Monthly Archives: February 2010

In their footsteps

Running in flip-flops is something new for me. But it’s not a novelty for the countless Burmese who’ve had to flee from their own countrymen.

On the border of Thailand and Myanmar, children fall asleep to the sound of bazookas and rapid rifle fire instead of sweetly sung lullabies. It’s been 40 years, and the people of Myanmar have had no solace from strife. It’s Myanmar’s people groups, their ethnic minorities, who are the primary targets of violence. To read more about the situation in Myanmar, click here

This past weekend was the 6th annual Run for Relief . The purpose of the run is not only to raise money but also to make a statement: you are not running alone. Not everyone ran in flip-flops. You could choose to do so, however, as a sign of solidarity. Yes, my feet hurt a little afterward, but along with the many others who ran in flip-flops, we were saying, “You’ll never run alone.” In Christ, they’ll never run alone. The sad part is, many don’t know the Author of Life.

Will you commit partner in prayer?

This weekend I am headed to work with Burmese refugees near the border. We’ll be playing with and loving on children in an orphanage. Stay tuned for stories from this weekend.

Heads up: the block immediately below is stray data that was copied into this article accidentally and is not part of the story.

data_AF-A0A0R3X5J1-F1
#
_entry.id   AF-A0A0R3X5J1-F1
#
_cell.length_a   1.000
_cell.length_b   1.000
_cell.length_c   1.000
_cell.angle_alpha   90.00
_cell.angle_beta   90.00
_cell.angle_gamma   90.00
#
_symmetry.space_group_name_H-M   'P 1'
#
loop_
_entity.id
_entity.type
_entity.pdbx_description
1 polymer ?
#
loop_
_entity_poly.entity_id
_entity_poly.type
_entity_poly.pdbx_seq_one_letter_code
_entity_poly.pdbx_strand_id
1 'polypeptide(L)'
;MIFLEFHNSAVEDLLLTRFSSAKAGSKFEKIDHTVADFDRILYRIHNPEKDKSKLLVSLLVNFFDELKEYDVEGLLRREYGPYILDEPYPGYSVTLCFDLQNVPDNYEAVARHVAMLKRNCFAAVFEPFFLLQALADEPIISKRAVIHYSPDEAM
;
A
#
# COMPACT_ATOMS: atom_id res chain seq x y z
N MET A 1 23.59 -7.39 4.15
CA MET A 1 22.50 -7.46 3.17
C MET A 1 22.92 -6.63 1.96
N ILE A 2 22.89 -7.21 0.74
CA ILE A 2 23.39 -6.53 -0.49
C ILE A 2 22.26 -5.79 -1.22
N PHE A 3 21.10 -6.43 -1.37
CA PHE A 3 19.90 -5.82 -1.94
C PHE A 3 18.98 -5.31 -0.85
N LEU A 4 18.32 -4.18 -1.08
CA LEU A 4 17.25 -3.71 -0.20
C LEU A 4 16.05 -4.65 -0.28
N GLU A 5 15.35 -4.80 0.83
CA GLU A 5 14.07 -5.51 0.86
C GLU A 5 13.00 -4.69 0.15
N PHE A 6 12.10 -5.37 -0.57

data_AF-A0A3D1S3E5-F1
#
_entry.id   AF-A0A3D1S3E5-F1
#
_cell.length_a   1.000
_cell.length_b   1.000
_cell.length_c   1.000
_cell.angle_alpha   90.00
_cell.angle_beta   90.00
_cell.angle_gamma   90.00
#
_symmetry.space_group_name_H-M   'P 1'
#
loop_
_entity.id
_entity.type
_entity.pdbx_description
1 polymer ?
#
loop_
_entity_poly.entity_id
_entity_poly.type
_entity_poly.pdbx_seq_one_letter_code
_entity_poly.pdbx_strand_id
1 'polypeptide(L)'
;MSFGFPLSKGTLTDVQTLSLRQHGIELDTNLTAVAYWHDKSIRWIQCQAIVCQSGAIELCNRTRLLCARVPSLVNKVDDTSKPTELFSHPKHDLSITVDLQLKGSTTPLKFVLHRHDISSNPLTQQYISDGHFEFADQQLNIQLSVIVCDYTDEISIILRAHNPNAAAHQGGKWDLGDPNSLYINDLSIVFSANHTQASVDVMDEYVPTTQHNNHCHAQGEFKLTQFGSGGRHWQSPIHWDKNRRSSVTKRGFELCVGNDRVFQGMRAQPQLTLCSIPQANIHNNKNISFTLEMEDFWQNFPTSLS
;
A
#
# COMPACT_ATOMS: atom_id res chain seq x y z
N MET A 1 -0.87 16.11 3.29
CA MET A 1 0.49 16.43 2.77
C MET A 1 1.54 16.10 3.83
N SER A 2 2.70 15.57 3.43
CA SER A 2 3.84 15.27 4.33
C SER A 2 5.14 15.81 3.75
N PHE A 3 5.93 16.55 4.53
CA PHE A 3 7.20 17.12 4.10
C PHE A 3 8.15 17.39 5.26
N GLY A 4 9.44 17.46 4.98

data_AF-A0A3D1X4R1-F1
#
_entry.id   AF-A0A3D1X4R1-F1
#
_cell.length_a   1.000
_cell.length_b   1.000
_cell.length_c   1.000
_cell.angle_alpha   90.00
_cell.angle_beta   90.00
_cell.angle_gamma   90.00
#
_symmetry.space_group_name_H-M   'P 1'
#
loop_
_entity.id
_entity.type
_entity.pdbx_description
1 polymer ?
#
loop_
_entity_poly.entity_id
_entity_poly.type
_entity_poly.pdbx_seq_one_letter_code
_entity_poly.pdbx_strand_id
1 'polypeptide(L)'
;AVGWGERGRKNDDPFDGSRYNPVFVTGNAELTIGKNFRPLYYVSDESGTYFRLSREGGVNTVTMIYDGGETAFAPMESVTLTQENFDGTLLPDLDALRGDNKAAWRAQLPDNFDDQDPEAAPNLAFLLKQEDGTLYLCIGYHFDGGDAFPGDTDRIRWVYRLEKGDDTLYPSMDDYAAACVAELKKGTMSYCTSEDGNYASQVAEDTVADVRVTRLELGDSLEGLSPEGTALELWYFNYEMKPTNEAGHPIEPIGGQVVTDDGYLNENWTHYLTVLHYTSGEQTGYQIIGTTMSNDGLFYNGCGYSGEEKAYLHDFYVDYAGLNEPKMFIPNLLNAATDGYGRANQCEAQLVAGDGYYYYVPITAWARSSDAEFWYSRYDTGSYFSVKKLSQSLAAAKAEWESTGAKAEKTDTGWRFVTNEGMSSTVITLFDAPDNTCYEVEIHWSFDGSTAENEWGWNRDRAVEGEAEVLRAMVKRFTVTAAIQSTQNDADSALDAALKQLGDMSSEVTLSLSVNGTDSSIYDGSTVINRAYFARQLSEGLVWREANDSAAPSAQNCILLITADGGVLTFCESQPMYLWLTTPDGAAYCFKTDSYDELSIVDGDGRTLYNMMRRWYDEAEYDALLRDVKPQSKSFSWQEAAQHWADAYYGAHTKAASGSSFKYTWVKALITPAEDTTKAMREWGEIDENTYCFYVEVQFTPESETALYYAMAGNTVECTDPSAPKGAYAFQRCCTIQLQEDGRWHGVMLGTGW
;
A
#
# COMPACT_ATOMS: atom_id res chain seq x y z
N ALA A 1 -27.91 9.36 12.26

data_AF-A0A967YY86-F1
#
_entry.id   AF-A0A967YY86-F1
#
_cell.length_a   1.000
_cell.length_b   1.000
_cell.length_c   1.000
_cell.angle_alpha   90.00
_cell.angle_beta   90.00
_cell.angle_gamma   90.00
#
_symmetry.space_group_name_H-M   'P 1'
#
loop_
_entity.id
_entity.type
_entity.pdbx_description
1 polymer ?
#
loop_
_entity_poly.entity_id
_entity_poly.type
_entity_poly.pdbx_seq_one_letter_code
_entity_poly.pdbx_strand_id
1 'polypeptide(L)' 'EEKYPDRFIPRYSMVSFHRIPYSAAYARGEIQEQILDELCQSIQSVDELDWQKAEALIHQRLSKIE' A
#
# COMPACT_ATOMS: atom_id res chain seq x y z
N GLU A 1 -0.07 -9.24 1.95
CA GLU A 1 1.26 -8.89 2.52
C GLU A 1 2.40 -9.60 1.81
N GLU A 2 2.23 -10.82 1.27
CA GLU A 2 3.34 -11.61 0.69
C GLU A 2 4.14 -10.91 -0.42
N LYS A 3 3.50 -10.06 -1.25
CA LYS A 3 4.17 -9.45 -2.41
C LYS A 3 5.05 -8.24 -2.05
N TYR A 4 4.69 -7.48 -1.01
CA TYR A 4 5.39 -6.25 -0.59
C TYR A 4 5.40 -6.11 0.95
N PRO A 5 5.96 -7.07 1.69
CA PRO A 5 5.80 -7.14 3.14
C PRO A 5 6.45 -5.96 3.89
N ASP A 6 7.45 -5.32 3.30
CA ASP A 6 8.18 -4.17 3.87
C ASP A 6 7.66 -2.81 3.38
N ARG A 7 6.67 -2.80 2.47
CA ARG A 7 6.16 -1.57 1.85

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Thaichinese, Chithai

That’s what I’ll do.

I’ll create a new language that’s a glorious hodge podge, or potpourri if you’ll allow for it, of the two languages I flutter back and forth from to study. I’ve studied Chinese and Thai since I was little but haven’t seemed to master either language. Just when I get to a point of good standing it’s time to move back to the other language.

During my younger years, (approximately years 3-10) we lived in Chinese-speaking countries. Well, there was Cantonese-speaking Hong Kong, but that is an entirely different blog post. From ages 10-17 we lived in Thailand. I took Thai in high school and one year of Spanish.
In college, I took two years of Chinese. My junior year of college, I studied abroad at Tsinghua University in Beijing for eight months. Now, I am back in Thailand studying Thai.

Sadly, now I fear my Chinese is fading. It almost has to be pushed to the back of my mind because in language class my sentences are coming out half Thai and half Chinese. Sometimes it takes a confused look from my teacher to realize I must have used a Chinese word in my sentence. Thai and Chinese are both tonal languages. Thai has five tones and Chinese has four tones. The second tone is said differently in Thai than it is in Chinese. This has caused a few problems.

I’m not complaining–but I’ve realized that in studying one language I inevitably forget the other language. What’s the remedy? Since pushing a magic button for fluency in languages isn’t feasible quite yet, (maybe it will be in 2012 if the Mayans aren’t right in their predictions) my only other solution is to propose the creation of a new language. This new language would be a combination of Thai and Chinese. I’m thinking of possible names, Thaichinese, is one choice, but I do feel that is slightly predictable. Here’s another Chithai. Thainese?

Thoughts? I am open to suggestions.

สวัสดีค่ะ , 再见 Sawatdii kah, Zai jian!

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